The Chicago Blackhawks will have to make room for another number in the rafters of the United Center, as the team announced Thursday that they will retire the number 81 in honor of forward Marian Hossa.
Hossa, who won three Stanley Cups with the Blackhawks and was elected to the Hockey Hall of Fame in 2021, is now the eighth Blackhawks player to be honored with a jersey retirement, joining Glenn Hall, Keith Magnuson, Pierre Pilote, Bobby Hull, Denis Savard, Stan Mikita and Tony Esposito.
Naturally, the decision to retire Hossa’s number begs another question for Blackhawks fans: which players will be next to see their jersey numbers hoisted to the rafters of the United Center?
Here are our best guesses as to which players could potentially be considered for that honor.
2 – Duncan Keith
While Keith is still playing for the Edmonton Oilers, it’s a foregone conclusion that his number will be retired as one of, if not the best, defensemen to ever play for the Blackhawks.
In addition to his three Stanley Cups, Keith is second on the Blackhawks in games played at 1,192, sixth in assists with 520, and 10th in career points with 625.
He will also in all likelihood be a Hall of Famer thanks to his two Norris Trophies and his 2015 Conn Smythe Trophy, so that will punch his ticket into Blackhawks immortality.
4 – Niklas Hjalmarsson
While the Blackhawks tend to stick to Hockey Hall of Famers when it comes to retiring jerseys (Magnuson is the only retired legend not to be enshrined in Toronto), Hjalmarsson has a good argument as a key cog in three Stanley Cup winners in Chicago.
7 – Chris Chelios/Brent Seabrook
Much like the Chicago Cubs did with Greg Maddux and Ferguson Jenkins, it seems likely that the Blackhawks would retire Chelios and Seabrook’s jersey number together.
Chelios, a Chicago-native, is a Hockey Hall of Famer who is in the top-10 in assists on the all-time list and the all-time penalty minutes king for the Blackhawks as well. Seabrook played an important role on three Stanley Cup-winning teams, was an Olympian and played 1,114 games with the Blackhawks, eclipsed only by Mikita and Keith.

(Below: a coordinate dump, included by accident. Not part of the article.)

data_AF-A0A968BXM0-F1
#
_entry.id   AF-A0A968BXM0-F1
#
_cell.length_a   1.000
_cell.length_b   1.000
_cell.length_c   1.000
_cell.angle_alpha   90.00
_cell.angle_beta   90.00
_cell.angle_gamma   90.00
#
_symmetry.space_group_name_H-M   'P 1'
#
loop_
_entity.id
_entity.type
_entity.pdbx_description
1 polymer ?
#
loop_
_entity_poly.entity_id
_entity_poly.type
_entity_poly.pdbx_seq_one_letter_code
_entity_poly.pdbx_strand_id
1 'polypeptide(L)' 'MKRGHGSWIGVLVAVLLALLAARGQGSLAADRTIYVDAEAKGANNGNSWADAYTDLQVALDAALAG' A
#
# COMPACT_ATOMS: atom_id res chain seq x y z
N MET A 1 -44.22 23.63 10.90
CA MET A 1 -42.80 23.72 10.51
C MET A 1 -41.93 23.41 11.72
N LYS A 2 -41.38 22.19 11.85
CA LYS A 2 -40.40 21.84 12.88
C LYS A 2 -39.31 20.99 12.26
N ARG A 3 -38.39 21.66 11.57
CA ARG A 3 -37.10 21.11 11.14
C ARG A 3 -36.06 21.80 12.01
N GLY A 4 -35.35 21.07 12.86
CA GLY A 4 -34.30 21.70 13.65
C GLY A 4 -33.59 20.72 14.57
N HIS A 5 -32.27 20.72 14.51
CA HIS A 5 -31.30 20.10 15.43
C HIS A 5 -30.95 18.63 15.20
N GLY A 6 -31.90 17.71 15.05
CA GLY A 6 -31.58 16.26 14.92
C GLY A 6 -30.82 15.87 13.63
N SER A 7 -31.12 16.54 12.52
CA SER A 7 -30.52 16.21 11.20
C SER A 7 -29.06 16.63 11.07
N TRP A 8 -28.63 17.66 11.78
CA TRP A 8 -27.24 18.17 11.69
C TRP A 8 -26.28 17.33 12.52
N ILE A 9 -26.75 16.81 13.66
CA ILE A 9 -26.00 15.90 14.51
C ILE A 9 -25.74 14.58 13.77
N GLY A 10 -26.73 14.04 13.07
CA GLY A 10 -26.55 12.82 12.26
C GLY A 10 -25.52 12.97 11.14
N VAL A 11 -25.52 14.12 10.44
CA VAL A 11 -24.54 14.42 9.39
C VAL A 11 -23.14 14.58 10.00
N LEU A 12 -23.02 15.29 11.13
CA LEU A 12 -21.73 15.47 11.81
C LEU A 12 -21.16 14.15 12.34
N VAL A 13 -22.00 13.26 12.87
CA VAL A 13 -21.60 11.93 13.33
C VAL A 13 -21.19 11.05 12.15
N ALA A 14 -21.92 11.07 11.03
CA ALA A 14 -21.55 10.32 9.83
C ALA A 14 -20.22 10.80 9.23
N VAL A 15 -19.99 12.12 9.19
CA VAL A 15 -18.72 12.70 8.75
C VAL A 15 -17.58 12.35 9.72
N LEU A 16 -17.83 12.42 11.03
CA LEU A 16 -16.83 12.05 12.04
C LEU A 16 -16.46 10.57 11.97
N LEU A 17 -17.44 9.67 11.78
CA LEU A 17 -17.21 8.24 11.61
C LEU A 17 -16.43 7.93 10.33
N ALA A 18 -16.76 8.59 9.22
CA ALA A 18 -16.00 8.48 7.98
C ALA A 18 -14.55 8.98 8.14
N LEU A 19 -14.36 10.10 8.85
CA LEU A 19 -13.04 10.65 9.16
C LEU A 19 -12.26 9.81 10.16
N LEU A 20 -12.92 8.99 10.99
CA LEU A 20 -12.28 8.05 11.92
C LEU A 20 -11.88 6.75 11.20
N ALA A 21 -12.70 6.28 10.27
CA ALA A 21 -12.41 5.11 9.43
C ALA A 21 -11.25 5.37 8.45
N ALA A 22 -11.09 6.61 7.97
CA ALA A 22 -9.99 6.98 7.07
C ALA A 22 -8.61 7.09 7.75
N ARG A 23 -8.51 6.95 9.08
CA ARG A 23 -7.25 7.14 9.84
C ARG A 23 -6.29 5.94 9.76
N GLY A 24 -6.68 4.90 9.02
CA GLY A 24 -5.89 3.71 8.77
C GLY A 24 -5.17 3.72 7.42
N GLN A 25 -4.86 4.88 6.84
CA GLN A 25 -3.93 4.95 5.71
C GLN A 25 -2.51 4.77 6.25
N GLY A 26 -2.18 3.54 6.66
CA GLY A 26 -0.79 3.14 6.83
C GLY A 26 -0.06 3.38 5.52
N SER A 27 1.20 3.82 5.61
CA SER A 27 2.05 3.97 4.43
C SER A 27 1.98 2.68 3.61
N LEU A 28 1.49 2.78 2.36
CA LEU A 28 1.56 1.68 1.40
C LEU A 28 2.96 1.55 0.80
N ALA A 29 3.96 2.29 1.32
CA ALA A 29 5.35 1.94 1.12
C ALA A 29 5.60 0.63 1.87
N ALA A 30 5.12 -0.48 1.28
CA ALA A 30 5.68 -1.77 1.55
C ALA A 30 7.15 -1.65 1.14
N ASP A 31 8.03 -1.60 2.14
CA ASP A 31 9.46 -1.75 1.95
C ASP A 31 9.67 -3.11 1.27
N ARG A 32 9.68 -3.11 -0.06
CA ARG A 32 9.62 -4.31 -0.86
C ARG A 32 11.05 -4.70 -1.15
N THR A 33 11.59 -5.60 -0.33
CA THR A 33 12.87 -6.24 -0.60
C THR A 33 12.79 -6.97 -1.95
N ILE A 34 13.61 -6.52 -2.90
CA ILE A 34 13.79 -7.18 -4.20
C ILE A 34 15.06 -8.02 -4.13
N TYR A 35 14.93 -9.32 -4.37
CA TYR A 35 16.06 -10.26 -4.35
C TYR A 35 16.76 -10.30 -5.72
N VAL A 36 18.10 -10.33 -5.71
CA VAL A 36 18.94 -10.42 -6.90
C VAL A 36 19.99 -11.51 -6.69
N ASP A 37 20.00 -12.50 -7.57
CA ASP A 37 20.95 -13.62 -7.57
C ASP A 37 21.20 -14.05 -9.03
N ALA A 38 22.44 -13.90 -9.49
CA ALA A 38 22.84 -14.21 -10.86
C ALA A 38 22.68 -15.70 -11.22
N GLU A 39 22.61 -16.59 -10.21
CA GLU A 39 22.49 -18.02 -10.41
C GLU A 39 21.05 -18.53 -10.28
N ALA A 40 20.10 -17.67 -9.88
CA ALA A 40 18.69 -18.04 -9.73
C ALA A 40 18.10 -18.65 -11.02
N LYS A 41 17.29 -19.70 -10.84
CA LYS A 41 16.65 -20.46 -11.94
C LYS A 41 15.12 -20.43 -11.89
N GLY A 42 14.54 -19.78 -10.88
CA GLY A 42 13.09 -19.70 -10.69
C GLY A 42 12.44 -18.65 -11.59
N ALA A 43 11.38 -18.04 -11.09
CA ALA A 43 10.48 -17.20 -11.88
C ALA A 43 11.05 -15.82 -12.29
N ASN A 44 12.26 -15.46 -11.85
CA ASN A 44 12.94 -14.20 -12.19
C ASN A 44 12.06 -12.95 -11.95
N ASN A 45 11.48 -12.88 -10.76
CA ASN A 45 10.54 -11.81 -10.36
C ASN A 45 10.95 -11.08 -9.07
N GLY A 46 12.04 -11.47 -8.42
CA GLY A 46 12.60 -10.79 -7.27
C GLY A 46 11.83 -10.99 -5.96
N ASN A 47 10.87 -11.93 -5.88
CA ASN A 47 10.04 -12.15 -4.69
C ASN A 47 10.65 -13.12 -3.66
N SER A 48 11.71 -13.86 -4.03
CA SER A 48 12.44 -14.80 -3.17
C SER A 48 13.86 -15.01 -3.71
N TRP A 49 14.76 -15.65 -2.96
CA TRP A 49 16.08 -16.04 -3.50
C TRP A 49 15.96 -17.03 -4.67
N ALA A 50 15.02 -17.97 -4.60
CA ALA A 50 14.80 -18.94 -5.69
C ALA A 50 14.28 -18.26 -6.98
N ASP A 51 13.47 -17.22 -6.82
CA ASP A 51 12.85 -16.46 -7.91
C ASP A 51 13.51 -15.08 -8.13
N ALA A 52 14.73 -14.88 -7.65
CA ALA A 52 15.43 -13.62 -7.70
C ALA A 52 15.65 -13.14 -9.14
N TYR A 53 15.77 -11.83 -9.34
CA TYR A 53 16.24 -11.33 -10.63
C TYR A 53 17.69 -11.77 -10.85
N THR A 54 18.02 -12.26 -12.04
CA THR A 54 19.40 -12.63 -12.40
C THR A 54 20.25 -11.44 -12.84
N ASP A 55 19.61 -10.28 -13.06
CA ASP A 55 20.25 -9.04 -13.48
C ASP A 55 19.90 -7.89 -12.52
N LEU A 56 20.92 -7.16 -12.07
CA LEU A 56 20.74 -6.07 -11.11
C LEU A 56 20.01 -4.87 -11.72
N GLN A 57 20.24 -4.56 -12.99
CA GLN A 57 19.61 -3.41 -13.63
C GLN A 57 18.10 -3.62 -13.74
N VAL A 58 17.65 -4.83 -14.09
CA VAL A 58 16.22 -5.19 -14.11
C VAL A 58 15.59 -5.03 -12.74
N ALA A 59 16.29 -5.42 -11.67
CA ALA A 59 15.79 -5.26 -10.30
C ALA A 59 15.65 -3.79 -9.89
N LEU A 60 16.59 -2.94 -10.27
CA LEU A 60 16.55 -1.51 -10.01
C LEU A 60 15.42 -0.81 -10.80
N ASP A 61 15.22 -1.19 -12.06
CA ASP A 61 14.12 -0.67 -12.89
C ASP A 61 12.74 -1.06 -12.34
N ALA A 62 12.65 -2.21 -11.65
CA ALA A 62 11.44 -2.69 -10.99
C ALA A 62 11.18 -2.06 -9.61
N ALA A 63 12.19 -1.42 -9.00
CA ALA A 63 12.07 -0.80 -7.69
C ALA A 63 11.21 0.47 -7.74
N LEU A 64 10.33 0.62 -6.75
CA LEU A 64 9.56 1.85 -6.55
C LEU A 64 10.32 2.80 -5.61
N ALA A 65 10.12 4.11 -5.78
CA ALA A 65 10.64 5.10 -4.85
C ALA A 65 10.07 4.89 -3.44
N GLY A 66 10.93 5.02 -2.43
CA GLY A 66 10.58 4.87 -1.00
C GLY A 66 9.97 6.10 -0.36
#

10 – Patrick Sharp
Sharp would be considered a long-shot for a jersey retirement, but with four 30-goal seasons and three Stanley Cups to his credit, along with his huge popularity among fans, one cannot rule out this type of honor for the winger.
19 – Jonathan Toews
While it’s blindingly-obvious that the captain of three championship-winning teams would be honored with a jersey retirement, we’ll throw out some numbers anyway. Toews is one of eight players to play at least 1,000 games with the Blackhawks, is sixth all-time in goals with 355, is eighth all-time in assists, and is tied with Patrick Kane with 67 game-winning goals.
The only real question would be whether the Blackhawks would also honor Troy Murray by retiring his number. In addition to being the team’s radio analyst, he also scored 197 goals and dished out 291 assists in 688 games. He also won a Selke Trophy in 1986, and finished in the top-10 in voting for that award on three occasions.
27 – Jeremy Roenick
While Roenick is not a Hockey Hall of Famer, he has a really strong resume, with 513 goals in 1,363 NHL games. He scored 267 of those goals in eight seasons with the Blackhawks, including back-to-back 50-goal seasons in the 1990’s.
28 – Steve Larmer
Any list of potential honorees by the Blackhawks has to include Larmer. He played 891 games in Chicago, with 406 goals and 517 assists to his credit. He won the Calder Trophy as the league’s top rookie in 1983, finished in the top-ten in Hart Trophy voting in 1991, and was a finalist for the Selke that same year.
He’s in the top-10 for the Blackhawks in goals and assists.
50 – Corey Crawford
While Tony Esposito is considered by many to be the greatest goaltender in Blackhawks history, Crawford also has a compelling argument to be considered for that honor. He is third all-time in wins with 260, second all-time in save percentage at .918 and third in goals against average with a 2.45 in that category.
Crawford had a compelling argument to win the Conn Smythe during the 2013 playoffs, with a .932 save percentage and a sparkling 1.84 goals against average, and back-stopped the team to two Stanley Cup titles.
88 – Patrick Kane
It seems clear that Kane and Toews will someday have statues outside the United Center next to those honoring Mikita and Hull, and there’s a good reason for that. Kane has played 1,095 games for Chicago, fourth-most all-time, and is third on the team in goals and second on the team in assists in the history of the organization.
Add to that the fact he’s the first American-born player to win the Hart Trophy and the Art Ross, and it’s pretty clear that arguably the greatest American player of all-time will have his jersey retired when he hangs up his skates.